About three months have passed since the European launch of "the excellent game Psychonauts" — time for some good ol‘ talking with mastermind Tim Schafer about great reviews and not-so-great sales figures.
Tim, you’ve been keeping track of the European launch of Psychonauts on your website for the last weeks. Are you pleased with how Psychonauts is doing over here so far?
We’ve been getting such great response from the European fans, it’s been very encouraging. They’ve been so patient, waiting for the game to come out in a PAL version. (Well, mostly patient. Okay, there were a lot of impatient letters. But still, that was nice in its own way.) And now that the PAL version is out they’ve been sending in pictures and emails like crazy. I love it.
Although Psychonauts won lots of GOTY awards and received great reviews it didn’t sell so well in North America, as far as I know. How do you explain that? Was it wrongly promoted or is it just too different from other games?
We did get great reviews, and also a lot of positive buzz from players on the gaming forums. Sales are a bit of a mystery, but we did manage to get in touch with a dedicated and passionate fan community who has been very supportive and vocal. I’m still getting emails from people just discovering the game now, even here in the states, and it’s nice to hear from them.
Majesco, your North American publisher, had to shutdown part of its business a few weeks ago. Can’t a company which publishes mainly titles like Psychonauts survive in today’s market? If so, how is Double Fine holding up?
Oh sure, it’s possible to make money with games like Psychonauts. It’s just a lot easier to do something else, so that’s why a lot of publishers stay with safer bets. For them, “Why risk it?“ us a valid question. I don’t really fault them too much for that. Because for Double Fine, we know the answer to that question. Why risk it? Because making games that are original and unique is what we are interested in doing. It’s not worth it to me if you’re doing less than that.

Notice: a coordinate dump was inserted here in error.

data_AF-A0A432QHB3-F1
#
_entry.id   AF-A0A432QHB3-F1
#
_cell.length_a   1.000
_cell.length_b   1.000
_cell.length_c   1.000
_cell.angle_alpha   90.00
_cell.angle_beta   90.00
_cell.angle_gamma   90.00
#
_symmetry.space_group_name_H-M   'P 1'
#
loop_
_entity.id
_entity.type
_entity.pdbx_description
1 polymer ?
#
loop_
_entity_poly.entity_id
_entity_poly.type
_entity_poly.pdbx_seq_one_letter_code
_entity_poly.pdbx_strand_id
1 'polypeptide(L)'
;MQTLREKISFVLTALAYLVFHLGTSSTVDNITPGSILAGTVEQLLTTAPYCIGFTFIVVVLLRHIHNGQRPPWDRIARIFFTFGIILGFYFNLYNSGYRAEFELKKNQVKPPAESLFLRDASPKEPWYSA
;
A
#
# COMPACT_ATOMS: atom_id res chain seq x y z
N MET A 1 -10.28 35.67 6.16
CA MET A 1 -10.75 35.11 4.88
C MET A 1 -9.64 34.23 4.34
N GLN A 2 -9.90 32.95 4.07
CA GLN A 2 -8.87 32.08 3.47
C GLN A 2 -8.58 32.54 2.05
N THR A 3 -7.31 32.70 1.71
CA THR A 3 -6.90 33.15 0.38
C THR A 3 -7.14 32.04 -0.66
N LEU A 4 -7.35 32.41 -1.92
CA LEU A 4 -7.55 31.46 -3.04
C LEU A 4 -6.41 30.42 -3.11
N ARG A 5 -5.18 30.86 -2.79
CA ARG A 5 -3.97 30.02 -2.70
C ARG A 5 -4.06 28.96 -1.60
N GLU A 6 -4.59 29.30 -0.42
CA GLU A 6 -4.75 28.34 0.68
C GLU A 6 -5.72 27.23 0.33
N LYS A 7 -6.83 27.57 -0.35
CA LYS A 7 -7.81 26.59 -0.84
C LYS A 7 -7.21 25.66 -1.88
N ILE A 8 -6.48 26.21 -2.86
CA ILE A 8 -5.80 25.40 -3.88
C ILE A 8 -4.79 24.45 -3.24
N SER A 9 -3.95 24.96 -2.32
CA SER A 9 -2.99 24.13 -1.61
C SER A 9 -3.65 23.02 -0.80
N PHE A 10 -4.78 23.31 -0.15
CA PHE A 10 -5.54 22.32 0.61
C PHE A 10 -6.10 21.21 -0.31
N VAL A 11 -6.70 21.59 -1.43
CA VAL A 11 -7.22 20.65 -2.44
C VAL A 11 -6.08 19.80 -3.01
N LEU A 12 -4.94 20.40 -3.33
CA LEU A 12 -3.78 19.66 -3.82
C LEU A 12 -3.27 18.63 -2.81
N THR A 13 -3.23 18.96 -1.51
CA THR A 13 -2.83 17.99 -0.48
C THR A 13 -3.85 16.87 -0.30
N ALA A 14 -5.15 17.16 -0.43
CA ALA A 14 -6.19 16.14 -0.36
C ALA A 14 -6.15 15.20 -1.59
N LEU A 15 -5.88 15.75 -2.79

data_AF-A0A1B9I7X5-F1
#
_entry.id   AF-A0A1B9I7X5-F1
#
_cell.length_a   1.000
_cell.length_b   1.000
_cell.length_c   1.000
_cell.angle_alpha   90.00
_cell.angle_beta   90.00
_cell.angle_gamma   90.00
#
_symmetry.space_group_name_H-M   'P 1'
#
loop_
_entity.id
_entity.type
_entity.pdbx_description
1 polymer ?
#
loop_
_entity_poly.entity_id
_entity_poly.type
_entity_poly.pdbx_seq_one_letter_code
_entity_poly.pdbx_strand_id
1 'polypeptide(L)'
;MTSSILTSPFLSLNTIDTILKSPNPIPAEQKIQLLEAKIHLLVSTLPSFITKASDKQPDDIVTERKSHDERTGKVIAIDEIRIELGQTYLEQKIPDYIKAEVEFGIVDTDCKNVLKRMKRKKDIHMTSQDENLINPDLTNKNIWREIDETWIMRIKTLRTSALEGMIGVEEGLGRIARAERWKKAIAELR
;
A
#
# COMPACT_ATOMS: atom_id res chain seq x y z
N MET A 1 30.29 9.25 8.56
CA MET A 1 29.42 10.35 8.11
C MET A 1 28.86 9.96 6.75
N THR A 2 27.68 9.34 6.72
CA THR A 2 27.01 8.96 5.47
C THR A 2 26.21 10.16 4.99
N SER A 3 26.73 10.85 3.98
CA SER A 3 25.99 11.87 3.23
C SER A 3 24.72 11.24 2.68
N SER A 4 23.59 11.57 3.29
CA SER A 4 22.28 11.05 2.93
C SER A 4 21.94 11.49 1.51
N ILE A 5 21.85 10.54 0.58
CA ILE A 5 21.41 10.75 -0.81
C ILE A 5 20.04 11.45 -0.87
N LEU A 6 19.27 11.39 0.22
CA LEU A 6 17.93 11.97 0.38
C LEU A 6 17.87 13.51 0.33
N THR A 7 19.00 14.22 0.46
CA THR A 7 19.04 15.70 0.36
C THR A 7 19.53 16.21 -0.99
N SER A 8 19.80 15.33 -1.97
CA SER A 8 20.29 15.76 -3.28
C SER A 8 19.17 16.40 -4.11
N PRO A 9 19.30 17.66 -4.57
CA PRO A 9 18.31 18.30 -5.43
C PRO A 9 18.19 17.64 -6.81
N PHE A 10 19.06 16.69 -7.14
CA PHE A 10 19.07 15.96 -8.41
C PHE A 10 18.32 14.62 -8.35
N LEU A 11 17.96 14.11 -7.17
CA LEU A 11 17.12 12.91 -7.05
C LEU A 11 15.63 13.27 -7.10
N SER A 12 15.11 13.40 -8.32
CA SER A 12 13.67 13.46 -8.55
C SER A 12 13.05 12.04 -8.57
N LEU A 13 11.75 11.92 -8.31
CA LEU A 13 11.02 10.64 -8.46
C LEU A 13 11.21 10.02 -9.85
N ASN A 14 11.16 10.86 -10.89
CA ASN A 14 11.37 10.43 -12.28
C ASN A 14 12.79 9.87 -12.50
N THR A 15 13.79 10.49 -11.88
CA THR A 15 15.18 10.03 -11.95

What do you think has changed over the last years? Why did games like Day of the Tentacle or Full Throttle sell well about ten years ago but today hardly anyone would care about them?
You should check out the adventure game fan community online some time. There are a ton of fans out there who care about adventure games a lot. I think they are even more passionate and enthousastic than the kind we had back in the old days. But the rest of the industry is just so much bigger now. Other kinds of games are just making a lot more noise. That said, of course, none of us are interested in the same thing year after year. I don’t like the same music I liked back in the early 90s, so why would I like the same kind of game? Then again, I do like a lot of the music that I listened to in the mid 80s, so maybe these things just go in 20 year cycles.
Would Psychonauts‘ gameplay have been possible in a different setting? Or do you see gameplay and setting/story as inseparable?
I think the two are definitely interwoven, but I also believe that you can tell any given story with a number of different gameplay styles. But if they don’t support each other, then the whole thing doesn’t work.
How do you come up with those crazy ideas anyway? What’s your inspiration?
I never know how to answer this question, because the ideas don’t seem that crazy to me! :)
Is there anything you’d like to have done differently during the development of Psychonauts?
Well, if I had it to do over again, of course there a many things I would do differently, but I only know that because we went through the process of making it like we did. You can’t regret an education, can you? I’m just glad we survived that education.
What is Double Fine currently up to? Has development of a new game begun yet?
Yes, we are working on something brand new right now. It’s very exciting but not announced yet, so I’m afraid that’s all I can say about it.
Are you impressed by the next-generation-consoles?
I finally managed to get hold of an XBOX 360 and I have to say yes. I mean, fancier graphics, yes of course. But the thing I’m really impressed by is more of the connectivity of the machine. I had no idea I’d enjoy downloading games, and playing my own music, and checking out my friend’s scores on Geometry War so much. But I do! I think it opens up a lot of exciting possibilites.
Finally, Ron Gilbert is said to be at Double Fine from time to time. Any chance you’ll be working together on a project?
Sure! I mean, you never know. Ron and I brainstorm about games all the time. If an opportunity for us to work together on something came up, I think that would be a lot of fun. Now all we need to do is find a Monkey Island fan with a few million dollars, and we’re set! :)
Tim, thanks for your time!